Currently, when a person is experiencing a mental health crisis and is taken into “emergency custody,” that person may be determined to be in need of some further care in order to avoid harm. In Virginia’s crisis mental health process, the person is evaluated by a mental health professional and a special justice may then place the individual in “temporary” custody, for a maximum of 72 hours. During that 72 hours period, treating professionals try to determine whether the person is immediately dangerous. If so, within those 72 hours, the treating hospital can seek an additional order from the court, this one for involuntary commitment, if the person is not willing to get treatment voluntarily.
That’s the process, very broadly, in Virginia. The Virginia Legislature is considering proposals to adjust aspects of that process. Some, like HB 1975, seek to establish a minimum amount of time that a person can be held, in addition to a maximum amount of time. HB 1975 says that a person held on a temporary detention order must be held for a minimum of 23 hours.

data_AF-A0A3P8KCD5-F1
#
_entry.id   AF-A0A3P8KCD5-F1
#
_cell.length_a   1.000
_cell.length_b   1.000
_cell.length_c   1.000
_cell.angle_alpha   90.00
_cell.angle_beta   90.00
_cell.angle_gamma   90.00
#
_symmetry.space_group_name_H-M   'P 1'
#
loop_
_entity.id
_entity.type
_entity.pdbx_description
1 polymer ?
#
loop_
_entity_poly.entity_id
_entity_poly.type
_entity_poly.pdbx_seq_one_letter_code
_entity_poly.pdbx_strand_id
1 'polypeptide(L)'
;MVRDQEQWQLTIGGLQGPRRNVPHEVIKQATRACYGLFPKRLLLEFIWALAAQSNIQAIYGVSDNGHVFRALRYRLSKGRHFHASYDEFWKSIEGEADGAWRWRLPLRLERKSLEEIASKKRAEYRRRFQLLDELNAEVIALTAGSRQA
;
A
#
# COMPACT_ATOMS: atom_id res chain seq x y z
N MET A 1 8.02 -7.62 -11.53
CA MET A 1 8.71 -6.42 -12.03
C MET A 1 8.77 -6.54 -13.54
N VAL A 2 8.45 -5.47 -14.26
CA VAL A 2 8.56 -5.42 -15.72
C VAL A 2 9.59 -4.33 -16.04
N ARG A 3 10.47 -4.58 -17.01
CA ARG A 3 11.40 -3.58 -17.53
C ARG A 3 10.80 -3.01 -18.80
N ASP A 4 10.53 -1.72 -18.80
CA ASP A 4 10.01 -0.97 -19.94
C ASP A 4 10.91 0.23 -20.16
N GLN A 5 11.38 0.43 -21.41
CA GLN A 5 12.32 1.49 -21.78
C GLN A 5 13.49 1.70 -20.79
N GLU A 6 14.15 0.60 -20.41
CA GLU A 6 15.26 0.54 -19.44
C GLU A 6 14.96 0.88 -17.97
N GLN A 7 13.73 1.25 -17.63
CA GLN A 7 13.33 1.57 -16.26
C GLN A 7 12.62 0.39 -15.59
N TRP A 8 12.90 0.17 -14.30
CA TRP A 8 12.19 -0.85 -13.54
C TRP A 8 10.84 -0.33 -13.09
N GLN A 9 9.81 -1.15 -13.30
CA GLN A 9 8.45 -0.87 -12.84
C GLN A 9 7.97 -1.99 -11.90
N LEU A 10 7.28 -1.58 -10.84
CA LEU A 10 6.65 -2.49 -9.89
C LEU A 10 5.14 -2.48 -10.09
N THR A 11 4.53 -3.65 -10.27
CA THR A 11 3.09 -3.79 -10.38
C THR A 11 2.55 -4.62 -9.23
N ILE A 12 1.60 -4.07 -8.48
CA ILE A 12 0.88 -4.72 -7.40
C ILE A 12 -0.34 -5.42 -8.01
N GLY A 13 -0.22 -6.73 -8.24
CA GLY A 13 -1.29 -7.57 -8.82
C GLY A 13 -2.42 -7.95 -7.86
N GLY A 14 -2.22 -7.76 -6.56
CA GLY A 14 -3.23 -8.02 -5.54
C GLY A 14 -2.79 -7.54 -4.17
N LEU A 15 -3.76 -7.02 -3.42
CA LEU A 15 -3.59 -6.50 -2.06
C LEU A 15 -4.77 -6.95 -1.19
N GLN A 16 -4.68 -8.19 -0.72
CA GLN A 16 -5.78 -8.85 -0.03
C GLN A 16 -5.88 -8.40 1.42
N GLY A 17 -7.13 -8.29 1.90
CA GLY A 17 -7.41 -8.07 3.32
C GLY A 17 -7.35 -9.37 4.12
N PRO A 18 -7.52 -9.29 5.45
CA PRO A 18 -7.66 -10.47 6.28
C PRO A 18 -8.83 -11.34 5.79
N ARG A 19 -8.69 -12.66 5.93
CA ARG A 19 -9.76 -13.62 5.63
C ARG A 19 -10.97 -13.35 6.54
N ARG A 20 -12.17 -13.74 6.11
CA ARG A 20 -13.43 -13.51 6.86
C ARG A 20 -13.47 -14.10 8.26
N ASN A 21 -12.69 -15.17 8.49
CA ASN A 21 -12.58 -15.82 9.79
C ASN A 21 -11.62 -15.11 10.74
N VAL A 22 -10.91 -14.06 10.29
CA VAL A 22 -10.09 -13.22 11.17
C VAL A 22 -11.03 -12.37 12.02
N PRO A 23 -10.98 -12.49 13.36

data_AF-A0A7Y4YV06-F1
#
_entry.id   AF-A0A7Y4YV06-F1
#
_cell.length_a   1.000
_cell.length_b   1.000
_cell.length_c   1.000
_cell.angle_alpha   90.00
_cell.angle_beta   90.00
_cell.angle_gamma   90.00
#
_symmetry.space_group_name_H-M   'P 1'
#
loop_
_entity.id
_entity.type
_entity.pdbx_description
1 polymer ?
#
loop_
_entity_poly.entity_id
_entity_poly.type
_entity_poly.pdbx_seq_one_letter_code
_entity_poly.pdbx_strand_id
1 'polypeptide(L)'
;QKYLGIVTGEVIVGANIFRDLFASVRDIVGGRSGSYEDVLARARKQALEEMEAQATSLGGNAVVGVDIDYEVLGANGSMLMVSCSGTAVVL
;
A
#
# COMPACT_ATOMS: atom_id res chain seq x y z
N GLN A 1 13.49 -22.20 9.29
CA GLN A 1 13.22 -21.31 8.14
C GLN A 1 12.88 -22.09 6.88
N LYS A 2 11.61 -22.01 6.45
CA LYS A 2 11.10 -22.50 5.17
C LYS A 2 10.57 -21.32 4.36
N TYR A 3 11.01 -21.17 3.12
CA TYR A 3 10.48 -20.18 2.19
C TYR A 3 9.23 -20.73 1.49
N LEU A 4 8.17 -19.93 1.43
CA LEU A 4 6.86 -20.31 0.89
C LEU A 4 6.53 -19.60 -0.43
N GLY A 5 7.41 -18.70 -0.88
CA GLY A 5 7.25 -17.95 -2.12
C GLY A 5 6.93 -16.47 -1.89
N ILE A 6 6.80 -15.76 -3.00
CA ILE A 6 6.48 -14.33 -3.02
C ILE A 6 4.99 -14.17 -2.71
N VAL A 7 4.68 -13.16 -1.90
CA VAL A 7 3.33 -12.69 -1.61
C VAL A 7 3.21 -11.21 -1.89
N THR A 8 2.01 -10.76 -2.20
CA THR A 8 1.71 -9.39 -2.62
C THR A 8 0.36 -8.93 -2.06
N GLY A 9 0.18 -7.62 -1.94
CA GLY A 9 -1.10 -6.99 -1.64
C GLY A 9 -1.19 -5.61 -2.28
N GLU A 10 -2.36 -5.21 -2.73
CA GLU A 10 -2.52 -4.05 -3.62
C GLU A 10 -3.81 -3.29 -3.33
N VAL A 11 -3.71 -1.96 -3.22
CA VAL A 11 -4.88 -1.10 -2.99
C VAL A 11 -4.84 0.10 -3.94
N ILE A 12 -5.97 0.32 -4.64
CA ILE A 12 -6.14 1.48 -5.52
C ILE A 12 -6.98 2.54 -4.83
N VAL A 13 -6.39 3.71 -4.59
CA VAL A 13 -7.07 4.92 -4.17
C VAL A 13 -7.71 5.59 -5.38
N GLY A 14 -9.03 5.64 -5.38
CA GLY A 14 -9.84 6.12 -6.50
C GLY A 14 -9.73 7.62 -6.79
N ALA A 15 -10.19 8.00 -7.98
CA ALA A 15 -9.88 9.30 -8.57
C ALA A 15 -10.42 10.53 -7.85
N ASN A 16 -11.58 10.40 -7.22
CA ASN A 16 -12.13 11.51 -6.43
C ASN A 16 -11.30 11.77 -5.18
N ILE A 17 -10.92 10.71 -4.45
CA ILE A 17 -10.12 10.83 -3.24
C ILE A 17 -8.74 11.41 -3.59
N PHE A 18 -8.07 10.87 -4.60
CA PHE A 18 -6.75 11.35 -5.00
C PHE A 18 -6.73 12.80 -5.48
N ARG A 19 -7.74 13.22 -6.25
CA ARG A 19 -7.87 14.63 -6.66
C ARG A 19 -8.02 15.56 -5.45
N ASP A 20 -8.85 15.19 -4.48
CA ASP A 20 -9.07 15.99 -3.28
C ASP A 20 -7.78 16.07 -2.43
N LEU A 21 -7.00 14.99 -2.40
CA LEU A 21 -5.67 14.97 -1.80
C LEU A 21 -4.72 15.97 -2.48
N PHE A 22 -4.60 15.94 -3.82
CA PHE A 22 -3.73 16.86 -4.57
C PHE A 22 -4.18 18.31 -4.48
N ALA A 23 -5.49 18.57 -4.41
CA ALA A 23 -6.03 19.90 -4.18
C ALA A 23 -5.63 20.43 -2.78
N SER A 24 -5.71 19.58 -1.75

It is a complex issue that the General Assembly considers almost every year. The thinking is that often, someone in crisis needs a short period of stabilization — some opportunity to be away from a stressful situation, perhaps, or to get some medication. Proponents of the bill believe that, with a period of stabilization, no further hospitalization will be needed. But, they note, sometimes a hospital may rush someone to a hearing, because of scheduling challenges.
Opponents worry about requiring a minimum amount of time for a hold, especially when a person may not be in any need of continued treatment after a few hours.
At the dLCV, we have not taken a position on these “minimum” time bills in the past, because the mental health community is divided on the topic. We are interested in your opinion. What do you think?